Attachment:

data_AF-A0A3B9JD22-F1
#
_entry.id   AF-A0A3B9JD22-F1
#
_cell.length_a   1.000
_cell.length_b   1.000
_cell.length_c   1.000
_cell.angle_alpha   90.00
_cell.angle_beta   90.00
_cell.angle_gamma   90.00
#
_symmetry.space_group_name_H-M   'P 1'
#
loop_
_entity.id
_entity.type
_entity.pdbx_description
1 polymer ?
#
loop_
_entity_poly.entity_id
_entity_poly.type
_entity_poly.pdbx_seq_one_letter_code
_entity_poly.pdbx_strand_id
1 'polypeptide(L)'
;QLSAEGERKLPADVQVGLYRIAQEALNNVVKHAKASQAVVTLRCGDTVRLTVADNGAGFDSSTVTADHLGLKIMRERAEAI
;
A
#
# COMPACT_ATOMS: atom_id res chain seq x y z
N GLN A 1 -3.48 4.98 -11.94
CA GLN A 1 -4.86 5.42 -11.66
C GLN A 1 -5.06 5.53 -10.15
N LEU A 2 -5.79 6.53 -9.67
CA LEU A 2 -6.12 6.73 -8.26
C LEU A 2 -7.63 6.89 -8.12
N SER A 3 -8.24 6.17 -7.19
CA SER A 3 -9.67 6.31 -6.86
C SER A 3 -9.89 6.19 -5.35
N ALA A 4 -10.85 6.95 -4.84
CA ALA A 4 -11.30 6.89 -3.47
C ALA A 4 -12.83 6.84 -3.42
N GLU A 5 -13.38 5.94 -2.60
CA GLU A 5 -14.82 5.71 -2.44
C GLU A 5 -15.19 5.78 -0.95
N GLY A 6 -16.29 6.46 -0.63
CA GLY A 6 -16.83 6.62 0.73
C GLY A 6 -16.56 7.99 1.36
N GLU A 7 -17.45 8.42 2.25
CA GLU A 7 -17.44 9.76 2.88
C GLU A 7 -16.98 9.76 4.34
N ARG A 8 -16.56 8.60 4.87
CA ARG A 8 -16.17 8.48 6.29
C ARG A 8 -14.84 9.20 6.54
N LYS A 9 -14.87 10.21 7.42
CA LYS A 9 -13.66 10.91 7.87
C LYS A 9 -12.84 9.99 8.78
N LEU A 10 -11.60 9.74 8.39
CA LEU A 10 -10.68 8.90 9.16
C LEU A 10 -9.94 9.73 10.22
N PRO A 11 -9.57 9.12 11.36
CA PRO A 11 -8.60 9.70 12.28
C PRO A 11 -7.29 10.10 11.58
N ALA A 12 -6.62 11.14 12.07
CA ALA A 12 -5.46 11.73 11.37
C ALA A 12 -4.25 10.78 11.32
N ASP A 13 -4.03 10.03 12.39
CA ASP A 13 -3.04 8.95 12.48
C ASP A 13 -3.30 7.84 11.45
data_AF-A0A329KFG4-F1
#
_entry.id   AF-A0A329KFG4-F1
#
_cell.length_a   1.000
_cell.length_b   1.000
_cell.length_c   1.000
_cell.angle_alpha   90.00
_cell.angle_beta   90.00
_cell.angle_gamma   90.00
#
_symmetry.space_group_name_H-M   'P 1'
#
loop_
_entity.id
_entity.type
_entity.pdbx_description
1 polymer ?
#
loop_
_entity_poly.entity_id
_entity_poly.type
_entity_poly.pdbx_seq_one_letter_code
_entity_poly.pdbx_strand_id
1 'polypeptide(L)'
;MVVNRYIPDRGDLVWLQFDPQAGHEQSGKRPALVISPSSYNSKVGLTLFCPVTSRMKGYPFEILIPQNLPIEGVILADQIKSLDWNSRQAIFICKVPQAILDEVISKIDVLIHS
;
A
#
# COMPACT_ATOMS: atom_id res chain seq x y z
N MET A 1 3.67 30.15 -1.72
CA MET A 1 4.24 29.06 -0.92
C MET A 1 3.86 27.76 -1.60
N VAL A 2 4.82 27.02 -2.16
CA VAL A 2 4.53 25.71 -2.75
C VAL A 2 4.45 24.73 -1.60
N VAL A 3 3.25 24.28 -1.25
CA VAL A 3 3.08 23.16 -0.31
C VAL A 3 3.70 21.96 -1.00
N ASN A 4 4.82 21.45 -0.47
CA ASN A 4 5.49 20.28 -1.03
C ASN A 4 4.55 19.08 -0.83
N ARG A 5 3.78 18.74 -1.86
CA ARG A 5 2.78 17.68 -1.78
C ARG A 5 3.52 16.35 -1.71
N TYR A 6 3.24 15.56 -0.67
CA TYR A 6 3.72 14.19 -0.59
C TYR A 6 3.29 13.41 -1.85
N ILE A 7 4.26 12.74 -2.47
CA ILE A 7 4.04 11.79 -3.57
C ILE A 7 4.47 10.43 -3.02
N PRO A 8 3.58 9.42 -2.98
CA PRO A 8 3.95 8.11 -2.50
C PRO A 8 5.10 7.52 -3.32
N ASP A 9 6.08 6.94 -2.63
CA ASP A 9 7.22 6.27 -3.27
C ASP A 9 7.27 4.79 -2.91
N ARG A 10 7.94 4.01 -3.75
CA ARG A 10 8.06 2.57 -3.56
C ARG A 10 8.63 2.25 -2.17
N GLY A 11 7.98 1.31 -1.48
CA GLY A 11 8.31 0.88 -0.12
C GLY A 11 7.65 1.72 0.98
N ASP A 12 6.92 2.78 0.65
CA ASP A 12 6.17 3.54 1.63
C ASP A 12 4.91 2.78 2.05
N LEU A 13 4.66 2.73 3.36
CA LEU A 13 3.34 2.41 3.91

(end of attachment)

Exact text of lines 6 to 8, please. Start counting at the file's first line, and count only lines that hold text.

_cell.length_b   1.000
_cell.length_c   1.000
_cell.angle_alpha   90.00